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(README.md)
# Dbmate

[![Build Status](https://travis-ci.org/amacneil/dbmate.svg?branch=master)](https://travis-ci.org/amacneil/dbmate)
[![Documentation](https://readthedocs.org/projects/dbmate/badge/)](http://dbmate.readthedocs.org/)

Dbmate is a database migration tool, to keep your database schema in sync across multiple developers and your production servers. It is a standalone command line tool, which can be used with any language or framework. This is especially helpful if you are writing many services in different languages, and want to maintain some sanity with consistent development tools.

## Features

* Supports MySQL, PostgreSQL, and SQLite.
* Powerful, [purpose-built DSL](https://en.wikipedia.org/wiki/SQL#Data_definition) for writing schema migrations.
* Migrations are timestamp-versioned, to avoid version number conflicts with multiple developers.
* Supports creating and dropping databases (handy in development/test).
* Database connection URL is definied using an environment variable (`DATABASE_URL` by default), or specified on the command line.
* Built-in support for reading environment variables from your `.env` file.
* Easy to distribute, single self-contained binary.

## Installation

**OSX**

Install using Homebrew:

```sh
$ brew tap amacneil/dbmate
$ brew install dbmate
```

**Linux**

Download the binary directly:

```sh
$ curl -fsSL -o dbmate https://github.com/amacneil/dbmate/releases/download/v1.2.0/dbmate-linux-amd64
$ chmod +x dbmate
$ mv dbmate /usr/local/bin
```

**Heroku**

To use dbmate on Heroku, the easiest method is to store the linux binary in your git repository:

```sh
$ mkdir -p bin
$ curl -fsSL -o bin/dbmate-heroku https://github.com/amacneil/dbmate/releases/download/v1.2.0/dbmate-linux-amd64
$ chmod +x bin/dbmate-heroku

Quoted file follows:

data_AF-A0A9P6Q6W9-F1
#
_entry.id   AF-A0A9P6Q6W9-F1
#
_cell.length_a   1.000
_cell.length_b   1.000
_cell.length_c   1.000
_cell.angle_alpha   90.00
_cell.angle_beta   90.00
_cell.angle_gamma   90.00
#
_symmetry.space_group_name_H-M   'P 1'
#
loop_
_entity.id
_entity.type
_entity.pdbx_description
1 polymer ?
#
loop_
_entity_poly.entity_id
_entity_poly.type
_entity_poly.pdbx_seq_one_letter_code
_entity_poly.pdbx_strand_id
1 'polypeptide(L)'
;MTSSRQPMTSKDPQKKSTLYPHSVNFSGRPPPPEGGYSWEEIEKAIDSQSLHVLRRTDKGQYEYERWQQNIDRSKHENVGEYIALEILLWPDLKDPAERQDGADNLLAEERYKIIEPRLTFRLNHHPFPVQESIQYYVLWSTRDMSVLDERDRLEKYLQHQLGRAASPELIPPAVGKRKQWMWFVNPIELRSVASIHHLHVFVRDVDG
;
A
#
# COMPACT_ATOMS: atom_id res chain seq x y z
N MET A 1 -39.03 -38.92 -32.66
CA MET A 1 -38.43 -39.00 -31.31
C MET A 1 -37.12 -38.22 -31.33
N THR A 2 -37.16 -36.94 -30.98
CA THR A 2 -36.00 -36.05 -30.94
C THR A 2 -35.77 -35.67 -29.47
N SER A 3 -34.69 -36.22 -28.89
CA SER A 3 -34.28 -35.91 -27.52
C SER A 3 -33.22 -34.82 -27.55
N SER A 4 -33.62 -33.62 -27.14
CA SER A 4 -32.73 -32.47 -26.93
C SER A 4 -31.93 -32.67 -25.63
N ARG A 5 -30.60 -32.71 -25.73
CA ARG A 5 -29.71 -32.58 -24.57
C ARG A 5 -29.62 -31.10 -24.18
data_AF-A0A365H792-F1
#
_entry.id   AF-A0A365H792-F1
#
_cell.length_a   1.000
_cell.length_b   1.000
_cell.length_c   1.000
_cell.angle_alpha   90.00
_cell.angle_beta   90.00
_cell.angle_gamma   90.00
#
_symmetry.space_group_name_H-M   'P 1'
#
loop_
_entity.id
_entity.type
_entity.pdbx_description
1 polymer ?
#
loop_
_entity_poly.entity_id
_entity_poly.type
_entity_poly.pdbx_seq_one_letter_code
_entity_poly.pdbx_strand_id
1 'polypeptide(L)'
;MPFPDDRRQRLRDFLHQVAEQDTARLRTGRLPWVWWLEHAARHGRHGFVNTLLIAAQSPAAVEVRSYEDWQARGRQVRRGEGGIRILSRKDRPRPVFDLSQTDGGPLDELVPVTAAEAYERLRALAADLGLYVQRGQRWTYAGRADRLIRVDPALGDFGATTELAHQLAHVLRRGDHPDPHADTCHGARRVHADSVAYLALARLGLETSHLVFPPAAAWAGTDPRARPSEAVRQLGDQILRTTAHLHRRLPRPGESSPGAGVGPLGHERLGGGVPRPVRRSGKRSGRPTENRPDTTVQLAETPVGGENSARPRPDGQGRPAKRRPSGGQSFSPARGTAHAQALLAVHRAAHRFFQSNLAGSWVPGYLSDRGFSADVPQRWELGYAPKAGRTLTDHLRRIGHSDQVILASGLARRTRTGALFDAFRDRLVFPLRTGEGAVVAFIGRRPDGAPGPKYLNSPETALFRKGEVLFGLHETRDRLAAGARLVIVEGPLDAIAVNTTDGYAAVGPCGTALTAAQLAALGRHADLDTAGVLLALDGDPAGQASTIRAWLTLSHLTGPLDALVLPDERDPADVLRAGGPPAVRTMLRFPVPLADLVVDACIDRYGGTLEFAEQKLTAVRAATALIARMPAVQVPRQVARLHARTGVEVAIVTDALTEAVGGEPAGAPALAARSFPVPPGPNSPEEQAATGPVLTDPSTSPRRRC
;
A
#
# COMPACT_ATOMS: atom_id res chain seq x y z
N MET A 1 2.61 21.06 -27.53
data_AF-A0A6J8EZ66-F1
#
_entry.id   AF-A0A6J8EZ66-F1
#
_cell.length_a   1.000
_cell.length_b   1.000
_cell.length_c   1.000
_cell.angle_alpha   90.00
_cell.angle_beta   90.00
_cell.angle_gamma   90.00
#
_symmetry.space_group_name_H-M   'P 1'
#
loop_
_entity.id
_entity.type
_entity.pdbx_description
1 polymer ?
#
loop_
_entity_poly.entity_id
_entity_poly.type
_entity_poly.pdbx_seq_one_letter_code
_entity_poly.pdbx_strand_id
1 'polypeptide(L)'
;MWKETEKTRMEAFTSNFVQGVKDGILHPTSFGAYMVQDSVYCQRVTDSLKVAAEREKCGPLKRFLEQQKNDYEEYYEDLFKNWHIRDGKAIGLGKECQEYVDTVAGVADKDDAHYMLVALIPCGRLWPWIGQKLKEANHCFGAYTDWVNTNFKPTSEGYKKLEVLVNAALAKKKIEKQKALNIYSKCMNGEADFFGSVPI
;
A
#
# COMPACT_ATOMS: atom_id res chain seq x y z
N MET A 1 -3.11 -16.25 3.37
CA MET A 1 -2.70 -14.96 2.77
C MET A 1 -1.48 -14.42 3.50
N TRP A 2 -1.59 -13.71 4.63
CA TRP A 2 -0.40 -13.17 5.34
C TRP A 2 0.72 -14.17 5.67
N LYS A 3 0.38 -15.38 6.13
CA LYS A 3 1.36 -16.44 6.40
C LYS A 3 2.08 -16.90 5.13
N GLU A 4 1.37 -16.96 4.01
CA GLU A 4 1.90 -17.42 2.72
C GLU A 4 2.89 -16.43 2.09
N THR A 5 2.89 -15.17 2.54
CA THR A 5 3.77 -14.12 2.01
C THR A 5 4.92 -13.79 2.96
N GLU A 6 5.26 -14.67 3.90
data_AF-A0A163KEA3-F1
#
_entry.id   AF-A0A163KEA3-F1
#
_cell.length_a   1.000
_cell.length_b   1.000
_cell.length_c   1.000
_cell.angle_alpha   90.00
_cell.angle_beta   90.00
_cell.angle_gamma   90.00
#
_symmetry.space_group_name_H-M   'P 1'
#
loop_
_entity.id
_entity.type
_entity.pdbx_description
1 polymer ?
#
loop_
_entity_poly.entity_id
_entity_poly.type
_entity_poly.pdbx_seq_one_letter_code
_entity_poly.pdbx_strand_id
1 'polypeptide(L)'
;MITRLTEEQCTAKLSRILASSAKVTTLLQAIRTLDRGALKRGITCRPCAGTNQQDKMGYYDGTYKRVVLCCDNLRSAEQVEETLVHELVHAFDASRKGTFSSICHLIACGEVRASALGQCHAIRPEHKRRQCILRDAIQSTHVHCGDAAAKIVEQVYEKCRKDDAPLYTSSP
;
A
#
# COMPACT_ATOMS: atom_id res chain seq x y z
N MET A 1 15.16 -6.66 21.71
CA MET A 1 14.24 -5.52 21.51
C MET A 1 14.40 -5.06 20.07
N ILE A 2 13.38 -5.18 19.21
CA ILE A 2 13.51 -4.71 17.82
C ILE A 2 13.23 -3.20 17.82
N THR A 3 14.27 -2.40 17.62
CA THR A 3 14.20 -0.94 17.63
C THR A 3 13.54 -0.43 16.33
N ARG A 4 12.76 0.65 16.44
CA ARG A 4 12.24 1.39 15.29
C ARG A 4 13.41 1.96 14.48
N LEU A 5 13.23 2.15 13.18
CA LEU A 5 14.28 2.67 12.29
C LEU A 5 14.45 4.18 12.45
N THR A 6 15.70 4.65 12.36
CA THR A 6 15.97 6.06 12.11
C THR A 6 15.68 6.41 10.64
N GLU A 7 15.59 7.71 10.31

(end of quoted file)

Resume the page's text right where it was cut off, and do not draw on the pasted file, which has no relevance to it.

$ git add bin/dbmate-heroku
$ git commit -m "Add dbmate binary"
$ git push heroku master
```

You can now run dbmate on heroku:

```sh
$ heroku run bin/dbmate-heroku up
```

**Other**

Dbmate can be installed directly using `go get`:

```sh
$ go get -u github.com/amacneil/dbmate
```

## Commands

```sh
dbmate           # print help
dbmate new       # generate a new migration file
dbmate up        # create the database (if it does not already exist) and run any pending migrations
dbmate create    # create the database
dbmate drop      # drop the database
dbmate migrate   # run any pending migrations
dbmate rollback  # roll back the most recent migration
dbmate down      # alias for rollback
```

## Usage

Dbmate locates your database using the `DATABASE_URL` environment variable by default. If you are writing a [twelve-factor app](http://12factor.net/), you should be storing all connection strings in environment variables.

To make this easy in development, dbmate looks for a `.env` file in the current directory, and treats any variables listed there as if they were specified in the current environment (existing environment variables take preference, however).

If you do not already have a `.env` file, create one and add your database connection URL:

```sh
$ cat .env
DATABASE_URL="postgres://postgres@127.0.0.1:5432/myapp_development?sslmode=disable"
```

`DATABASE_URL` should be specified in the following format:

```
protocol://username:password@host:port/database_name?options
```

* `protocol` must be one of `mysql`, `postgres`, `postgresql`, `sqlite`, `sqlite3`
* `host` can be either a hostname or IP address
* `options` are driver-specific (refer to the underlying Go SQL drivers if you wish to use these)

**MySQL**

```sh
DATABASE_URL="mysql://username:password@127.0.0.1:3306/database_name"
```

**PostgreSQL**

When connecting to Postgres, you may need to add the `sslmode=disable` option to your connection string, as dbmate by default requires a TLS connection (some other frameworks/languages allow unencrypted connections by default).

```sh